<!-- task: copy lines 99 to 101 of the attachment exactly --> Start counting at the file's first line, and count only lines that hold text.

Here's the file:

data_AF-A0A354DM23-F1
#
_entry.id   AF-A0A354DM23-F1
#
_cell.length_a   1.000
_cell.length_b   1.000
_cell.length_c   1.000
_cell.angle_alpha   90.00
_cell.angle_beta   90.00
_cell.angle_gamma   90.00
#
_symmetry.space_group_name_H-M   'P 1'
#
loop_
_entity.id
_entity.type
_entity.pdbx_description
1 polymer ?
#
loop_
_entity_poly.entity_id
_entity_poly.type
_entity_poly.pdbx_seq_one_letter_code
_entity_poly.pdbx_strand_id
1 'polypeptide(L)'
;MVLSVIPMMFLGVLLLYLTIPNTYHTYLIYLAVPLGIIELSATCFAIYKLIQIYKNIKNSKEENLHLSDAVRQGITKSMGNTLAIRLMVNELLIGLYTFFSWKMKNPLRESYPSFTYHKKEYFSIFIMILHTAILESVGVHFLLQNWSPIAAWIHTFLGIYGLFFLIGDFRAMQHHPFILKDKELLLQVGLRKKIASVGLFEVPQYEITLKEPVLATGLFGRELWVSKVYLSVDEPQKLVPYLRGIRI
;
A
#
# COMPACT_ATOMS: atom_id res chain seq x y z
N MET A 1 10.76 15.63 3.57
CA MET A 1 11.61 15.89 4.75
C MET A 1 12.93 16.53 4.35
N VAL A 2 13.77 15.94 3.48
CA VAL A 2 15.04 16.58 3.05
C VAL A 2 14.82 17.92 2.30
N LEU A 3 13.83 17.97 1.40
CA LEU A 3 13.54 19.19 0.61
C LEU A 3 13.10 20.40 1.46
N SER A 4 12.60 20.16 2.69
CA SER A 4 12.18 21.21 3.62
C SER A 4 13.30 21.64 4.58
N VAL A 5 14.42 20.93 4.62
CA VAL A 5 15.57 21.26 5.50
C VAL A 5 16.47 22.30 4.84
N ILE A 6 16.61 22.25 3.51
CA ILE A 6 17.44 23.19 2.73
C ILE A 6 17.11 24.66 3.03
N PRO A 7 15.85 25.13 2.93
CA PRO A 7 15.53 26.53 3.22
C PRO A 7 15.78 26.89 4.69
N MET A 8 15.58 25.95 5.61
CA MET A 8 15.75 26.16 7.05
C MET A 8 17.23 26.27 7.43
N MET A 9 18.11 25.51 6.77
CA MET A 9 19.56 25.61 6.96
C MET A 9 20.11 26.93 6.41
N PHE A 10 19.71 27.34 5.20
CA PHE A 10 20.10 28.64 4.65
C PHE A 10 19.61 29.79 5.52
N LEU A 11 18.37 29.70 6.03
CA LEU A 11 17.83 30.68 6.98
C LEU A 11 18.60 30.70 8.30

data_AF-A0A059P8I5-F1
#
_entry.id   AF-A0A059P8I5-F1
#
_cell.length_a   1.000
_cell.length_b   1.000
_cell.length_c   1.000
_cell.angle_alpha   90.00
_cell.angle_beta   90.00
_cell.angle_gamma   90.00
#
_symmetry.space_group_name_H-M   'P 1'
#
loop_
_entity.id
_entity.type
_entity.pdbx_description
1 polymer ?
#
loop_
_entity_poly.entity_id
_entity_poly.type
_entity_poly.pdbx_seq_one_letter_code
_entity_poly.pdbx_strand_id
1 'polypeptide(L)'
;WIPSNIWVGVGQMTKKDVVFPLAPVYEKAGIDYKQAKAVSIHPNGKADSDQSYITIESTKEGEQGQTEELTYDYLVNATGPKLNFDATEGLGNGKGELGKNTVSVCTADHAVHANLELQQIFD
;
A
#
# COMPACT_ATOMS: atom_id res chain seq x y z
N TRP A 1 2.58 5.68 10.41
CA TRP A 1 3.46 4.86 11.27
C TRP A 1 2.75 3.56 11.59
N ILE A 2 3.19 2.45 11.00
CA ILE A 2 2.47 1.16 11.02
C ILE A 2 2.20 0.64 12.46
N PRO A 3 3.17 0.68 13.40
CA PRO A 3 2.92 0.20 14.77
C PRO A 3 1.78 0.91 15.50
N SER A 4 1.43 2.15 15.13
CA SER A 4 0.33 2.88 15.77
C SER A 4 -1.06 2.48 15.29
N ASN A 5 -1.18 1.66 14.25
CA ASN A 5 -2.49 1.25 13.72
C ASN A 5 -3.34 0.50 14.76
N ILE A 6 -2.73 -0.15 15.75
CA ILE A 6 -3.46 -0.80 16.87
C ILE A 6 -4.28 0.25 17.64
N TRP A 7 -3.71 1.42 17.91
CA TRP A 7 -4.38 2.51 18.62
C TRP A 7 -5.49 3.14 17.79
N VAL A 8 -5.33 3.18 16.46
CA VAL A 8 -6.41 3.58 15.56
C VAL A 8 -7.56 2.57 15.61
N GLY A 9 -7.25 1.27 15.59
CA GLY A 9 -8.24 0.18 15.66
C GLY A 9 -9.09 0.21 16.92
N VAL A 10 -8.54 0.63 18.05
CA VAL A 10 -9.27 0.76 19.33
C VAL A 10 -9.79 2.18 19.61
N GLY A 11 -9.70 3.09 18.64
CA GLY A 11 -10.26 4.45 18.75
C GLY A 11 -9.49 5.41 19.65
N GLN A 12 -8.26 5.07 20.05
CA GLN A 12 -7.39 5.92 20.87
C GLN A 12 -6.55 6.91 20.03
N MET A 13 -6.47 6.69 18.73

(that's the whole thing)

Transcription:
C ILE A 2 2.20 0.64 12.46
N PRO A 3 3.17 0.68 13.40
CA PRO A 3 2.92 0.20 14.77